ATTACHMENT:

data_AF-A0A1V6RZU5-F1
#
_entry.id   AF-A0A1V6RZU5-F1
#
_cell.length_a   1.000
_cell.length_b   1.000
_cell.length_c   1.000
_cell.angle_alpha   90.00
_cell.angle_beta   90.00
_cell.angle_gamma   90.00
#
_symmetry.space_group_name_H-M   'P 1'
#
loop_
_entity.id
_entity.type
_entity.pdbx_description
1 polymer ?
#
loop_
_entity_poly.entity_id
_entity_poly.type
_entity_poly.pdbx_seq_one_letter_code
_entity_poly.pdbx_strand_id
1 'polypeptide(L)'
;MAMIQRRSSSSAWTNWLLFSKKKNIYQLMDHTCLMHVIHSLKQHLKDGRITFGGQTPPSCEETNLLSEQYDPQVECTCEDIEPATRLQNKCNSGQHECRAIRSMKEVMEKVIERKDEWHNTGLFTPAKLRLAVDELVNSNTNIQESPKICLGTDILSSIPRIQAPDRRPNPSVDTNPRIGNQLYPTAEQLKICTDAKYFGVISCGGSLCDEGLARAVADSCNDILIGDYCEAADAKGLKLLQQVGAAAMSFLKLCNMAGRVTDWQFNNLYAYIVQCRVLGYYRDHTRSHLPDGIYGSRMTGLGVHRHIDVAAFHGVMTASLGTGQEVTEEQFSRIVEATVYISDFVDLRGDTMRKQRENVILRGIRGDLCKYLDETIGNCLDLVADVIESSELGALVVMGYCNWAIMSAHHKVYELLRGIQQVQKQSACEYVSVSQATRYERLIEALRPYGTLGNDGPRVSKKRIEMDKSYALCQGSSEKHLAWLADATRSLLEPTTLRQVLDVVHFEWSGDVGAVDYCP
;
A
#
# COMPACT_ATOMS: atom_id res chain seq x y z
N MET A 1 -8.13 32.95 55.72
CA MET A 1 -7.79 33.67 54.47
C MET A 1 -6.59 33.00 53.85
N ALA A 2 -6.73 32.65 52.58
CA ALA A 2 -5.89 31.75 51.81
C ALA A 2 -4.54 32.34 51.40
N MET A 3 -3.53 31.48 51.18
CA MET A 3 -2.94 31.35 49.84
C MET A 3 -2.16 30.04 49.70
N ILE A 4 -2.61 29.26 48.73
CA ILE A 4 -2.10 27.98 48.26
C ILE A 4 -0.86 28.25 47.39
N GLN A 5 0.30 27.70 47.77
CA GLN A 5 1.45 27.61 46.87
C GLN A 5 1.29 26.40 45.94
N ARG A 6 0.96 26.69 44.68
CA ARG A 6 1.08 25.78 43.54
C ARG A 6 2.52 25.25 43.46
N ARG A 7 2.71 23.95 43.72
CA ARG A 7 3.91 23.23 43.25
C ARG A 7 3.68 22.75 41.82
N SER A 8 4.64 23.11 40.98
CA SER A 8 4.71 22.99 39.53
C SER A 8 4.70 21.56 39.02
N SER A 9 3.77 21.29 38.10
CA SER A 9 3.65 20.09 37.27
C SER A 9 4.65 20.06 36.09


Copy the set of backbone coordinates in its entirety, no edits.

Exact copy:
data_AF-A0A1V6RZU5-F1
#
_entry.id   AF-A0A1V6RZU5-F1
#
_cell.length_a   1.000
_cell.length_b   1.000
_cell.length_c   1.000
_cell.angle_alpha   90.00
_cell.angle_beta   90.00
_cell.angle_gamma   90.00
#
_symmetry.space_group_name_H-M   'P 1'
#
loop_
_entity.id
_entity.type
_entity.pdbx_description
1 polymer ?
#
loop_
_entity_poly.entity_id
_entity_poly.type
_entity_poly.pdbx_seq_one_letter_code
_entity_poly.pdbx_strand_id
1 'polypeptide(L)'
;MAMIQRRSSSSAWTNWLLFSKKKNIYQLMDHTCLMHVIHSLKQHLKDGRITFGGQTPPSCEETNLLSEQYDPQVECTCEDIEPATRLQNKCNSGQHECRAIRSMKEVMEKVIERKDEWHNTGLFTPAKLRLAVDELVNSNTNIQESPKICLGTDILSSIPRIQAPDRRPNPSVDTNPRIGNQLYPTAEQLKICTDAKYFGVISCGGSLCDEGLARAVADSCNDILIGDYCEAADAKGLKLLQQVGAAAMSFLKLCNMAGRVTDWQFNNLYAYIVQCRVLGYYRDHTRSHLPDGIYGSRMTGLGVHRHIDVAAFHGVMTASLGTGQEVTEEQFSRIVEATVYISDFVDLRGDTMRKQRENVILRGIRGDLCKYLDETIGNCLDLVADVIESSELGALVVMGYCNWAIMSAHHKVYELLRGIQQVQKQSACEYVSVSQATRYERLIEALRPYGTLGNDGPRVSKKRIEMDKSYALCQGSSEKHLAWLADATRSLLEPTTLRQVLDVVHFEWSGDVGAVDYCP
;
A
#
# COMPACT_ATOMS: atom_id res chain seq x y z
N MET A 1 -8.13 32.95 55.72
CA MET A 1 -7.79 33.67 54.47
C MET A 1 -6.59 33.00 53.85
N ALA A 2 -6.73 32.65 52.58
CA ALA A 2 -5.89 31.75 51.81
C ALA A 2 -4.54 32.34 51.40
N MET A 3 -3.53 31.48 51.18
CA MET A 3 -2.94 31.35 49.84
C MET A 3 -2.16 30.04 49.70
N ILE A 4 -2.61 29.26 48.73
CA ILE A 4 -2.10 27.98 48.26
C ILE A 4 -0.86 28.25 47.39
N GLN A 5 0.30 27.70 47.77
CA GLN A 5 1.45 27.61 46.87
C GLN A 5 1.29 26.40 45.94
N ARG A 6 0.96 26.69 44.68
CA ARG A 6 1.08 25.78 43.54
C ARG A 6 2.52 25.25 43.46
N ARG A 7 2.71 23.95 43.72
CA ARG A 7 3.91 23.23 43.25
C ARG A 7 3.68 22.75 41.82
N SER A 8 4.64 23.11 40.98
CA SER A 8 4.71 22.99 39.53
C SER A 8 4.70 21.56 39.02
N SER A 9 3.77 21.29 38.10
CA SER A 9 3.65 20.09 37.27
C SER A 9 4.65 20.06 36.09